TIME FOR KIDS:
1. Briefly describe the structure of your program.
Portland Parks & Recreation (PP&R) is experimenting with a new service delivery model in order to best meet the ever changing needs of Portlandís citizens. In this new model, our role a s a service broker will increase and our role of service provider will decrease. PP&R is exploring innovating partnerships with other organizations who share a common mission in order to best leverage the limited available resources, while still serving the needs and interests of our customers. Overall, it is our belief that PP&R will be able to become more responsive to the citizens of Portland by maximizing access to the talents and resources that are present within our communities.
PP&R views the Out-of-School hours pilot programs as an opportunity to break out of the traditional mold for establishing partnerships. Our strategy is to bring together selected partners to develop a comprehensive out-of-school hours program. PP&R visualizes an approach where partners representing a range of agencies and organizations will have equal status at the table (planning, implementation and evaluation), and PP&R will facilitate the overall service delivery. This unique approach is meant to eliminate the gaps that are sometimes created when programs are developed independently.
Four PP&R representatives conducted over 60 interviews with over 80 representatives from youth serving agencies, neighborhood associations, social service agencies and leadership groups. Each of these representatives shared their unique perspective on the needs of the communities they served. The interviews were standardized so that the same type of information was collected from each interviewee. The interview instrument identified the most pressing service delivery gaps in a given neighborhood or population. It further sought to identify PP&Rís most useful roles in filling those gaps. Subsequent site selection, partnership and program criteria for the pilot programs were based on the information collected during the interviews.
2. When was the program created and why?
This pilot initiative was designed to improve the coordination of service delivery to underserved youth during the out-of-school hours through collaborative decision-making and service delivery processes between a municipal parks and recreation bureau and local non-profit service providers, as a result of the following:
The journey through childhood and adolescence can be a rocky road. Forty-two percent of a youthís waking hours is spent as discretionary time. Twenty-five percent of American youth aged 10-17 are at serious risk of not achieving a productive adulthood, and an additional 25% are at moderate risk. Four behaviors consistently interfere with youthís healthy development:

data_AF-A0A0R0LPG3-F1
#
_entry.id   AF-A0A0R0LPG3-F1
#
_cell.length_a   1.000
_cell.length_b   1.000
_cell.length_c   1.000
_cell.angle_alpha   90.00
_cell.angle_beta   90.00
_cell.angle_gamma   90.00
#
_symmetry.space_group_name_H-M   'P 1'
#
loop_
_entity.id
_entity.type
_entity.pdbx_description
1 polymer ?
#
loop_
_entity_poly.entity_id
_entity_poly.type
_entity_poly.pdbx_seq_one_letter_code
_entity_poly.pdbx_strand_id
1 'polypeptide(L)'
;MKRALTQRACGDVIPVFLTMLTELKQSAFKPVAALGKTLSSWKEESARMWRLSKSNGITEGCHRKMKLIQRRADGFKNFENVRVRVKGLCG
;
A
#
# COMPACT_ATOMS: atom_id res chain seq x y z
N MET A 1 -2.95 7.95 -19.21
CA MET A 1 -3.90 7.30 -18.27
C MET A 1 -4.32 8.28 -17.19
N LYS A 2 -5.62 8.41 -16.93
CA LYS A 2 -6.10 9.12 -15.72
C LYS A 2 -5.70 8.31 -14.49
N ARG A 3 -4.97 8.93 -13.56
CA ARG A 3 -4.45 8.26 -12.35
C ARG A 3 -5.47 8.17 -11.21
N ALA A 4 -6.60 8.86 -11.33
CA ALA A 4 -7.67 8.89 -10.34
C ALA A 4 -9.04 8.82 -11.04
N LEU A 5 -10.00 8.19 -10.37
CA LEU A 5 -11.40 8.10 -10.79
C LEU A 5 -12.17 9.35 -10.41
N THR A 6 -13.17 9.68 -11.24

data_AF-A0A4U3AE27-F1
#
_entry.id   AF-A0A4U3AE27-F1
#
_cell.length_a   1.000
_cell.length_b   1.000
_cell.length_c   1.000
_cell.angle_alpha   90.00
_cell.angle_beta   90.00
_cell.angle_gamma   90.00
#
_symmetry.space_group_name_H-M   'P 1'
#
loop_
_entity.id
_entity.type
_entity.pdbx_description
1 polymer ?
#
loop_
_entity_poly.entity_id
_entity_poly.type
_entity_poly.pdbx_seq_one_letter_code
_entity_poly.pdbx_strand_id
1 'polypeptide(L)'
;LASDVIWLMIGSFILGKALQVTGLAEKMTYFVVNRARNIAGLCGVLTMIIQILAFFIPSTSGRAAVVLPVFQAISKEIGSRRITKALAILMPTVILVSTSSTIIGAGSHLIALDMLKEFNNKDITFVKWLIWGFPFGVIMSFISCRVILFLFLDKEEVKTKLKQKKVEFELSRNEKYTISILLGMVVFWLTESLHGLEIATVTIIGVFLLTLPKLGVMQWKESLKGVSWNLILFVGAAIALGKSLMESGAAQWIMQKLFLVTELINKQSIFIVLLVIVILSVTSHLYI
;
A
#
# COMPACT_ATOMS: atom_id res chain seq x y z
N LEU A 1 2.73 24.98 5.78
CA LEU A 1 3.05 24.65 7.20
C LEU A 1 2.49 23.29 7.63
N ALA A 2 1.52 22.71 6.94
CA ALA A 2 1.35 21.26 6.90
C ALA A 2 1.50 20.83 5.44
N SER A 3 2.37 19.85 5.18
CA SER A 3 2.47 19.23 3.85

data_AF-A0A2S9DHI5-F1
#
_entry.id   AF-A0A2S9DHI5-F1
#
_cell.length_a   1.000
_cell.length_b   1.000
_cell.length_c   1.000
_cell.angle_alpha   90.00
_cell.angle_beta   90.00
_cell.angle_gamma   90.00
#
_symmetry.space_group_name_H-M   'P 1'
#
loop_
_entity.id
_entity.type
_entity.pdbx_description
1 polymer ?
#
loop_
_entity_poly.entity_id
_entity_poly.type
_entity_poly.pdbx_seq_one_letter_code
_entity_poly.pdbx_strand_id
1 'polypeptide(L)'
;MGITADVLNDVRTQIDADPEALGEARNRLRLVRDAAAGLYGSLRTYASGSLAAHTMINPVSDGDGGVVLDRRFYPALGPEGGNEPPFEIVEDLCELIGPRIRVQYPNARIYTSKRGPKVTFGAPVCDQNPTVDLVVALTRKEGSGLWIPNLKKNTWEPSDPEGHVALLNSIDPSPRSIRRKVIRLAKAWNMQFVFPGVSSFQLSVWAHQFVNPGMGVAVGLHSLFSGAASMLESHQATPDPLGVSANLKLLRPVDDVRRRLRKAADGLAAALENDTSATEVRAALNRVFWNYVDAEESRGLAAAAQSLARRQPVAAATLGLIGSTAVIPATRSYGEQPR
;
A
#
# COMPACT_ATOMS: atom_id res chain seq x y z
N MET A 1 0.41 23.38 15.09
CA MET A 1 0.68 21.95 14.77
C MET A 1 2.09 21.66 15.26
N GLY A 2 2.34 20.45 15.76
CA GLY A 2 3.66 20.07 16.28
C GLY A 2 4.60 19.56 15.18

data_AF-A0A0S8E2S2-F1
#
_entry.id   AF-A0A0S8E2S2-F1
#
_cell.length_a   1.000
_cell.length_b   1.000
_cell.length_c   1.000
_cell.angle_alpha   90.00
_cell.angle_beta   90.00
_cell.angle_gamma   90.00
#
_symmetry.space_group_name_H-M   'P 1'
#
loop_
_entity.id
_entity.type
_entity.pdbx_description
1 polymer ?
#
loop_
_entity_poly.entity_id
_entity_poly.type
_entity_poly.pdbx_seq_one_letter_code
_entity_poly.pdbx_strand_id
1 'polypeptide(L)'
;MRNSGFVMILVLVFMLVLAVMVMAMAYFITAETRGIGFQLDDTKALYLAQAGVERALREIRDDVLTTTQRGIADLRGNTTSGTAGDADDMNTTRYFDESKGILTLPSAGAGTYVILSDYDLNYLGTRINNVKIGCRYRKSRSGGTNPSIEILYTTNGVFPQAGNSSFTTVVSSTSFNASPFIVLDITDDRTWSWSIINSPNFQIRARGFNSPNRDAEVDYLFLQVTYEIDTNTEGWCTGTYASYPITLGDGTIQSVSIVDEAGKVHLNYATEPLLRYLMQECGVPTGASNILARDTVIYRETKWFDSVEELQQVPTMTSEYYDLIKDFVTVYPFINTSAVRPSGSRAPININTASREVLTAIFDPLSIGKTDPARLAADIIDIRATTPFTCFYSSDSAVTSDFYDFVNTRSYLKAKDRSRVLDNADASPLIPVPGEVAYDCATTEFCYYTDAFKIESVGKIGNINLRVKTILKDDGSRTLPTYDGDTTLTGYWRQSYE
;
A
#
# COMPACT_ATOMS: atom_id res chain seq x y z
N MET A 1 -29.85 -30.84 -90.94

For youth to make a successful transition to adulthood, they need adult help to link school, community, family and child. Since peer group influence is such a powerful force in youth behavior, adults must do everything they can to create healthy, positive peer cultures. Adults must also take a greater role in the child and adolescent socialization process. Youth service providers can nurture and positively influence developing adolescents through leisure time activities.
Quality, targeted programming can make a meaningful impact on youthís lives. PP&Rís research has indicated a need for out-of-school hours activities for youth that are under-served or unserved in Portland. This need can not be filled by the type of programming PP&R has provided in the past, rather programming with a higher level of depth and intensity is required to truly make an impact on Portlandís youth.
3. How do you measure the programís effectiveness?
Evaluation will be a key component of the pilot programs. We are looking for partners who have demonstrated a commitment to program evaluation, and are willing to share their data with the group. Each partnerís support will foster effective and meaningful evaluation of the pilot programs, which we hope will lead to further expansion of the most effective aspects of the pilot into a city-wide program.
The pilot has recently completed its first summer and the first stage of evaluation will be completed by November, 1998.
4. How is the community involved in the program?
The community is involved through an emphasis on mentorship - both adult to youth, and older youth to younger youth. The program should facilitate meaningful involvement with adult role models and could include parents.
5. Contact person:
The United States Conference of Mayors
J. Thomas Cochran, Executive Director
Copyright © 1999, US Conference of Mayors, All rights reserved.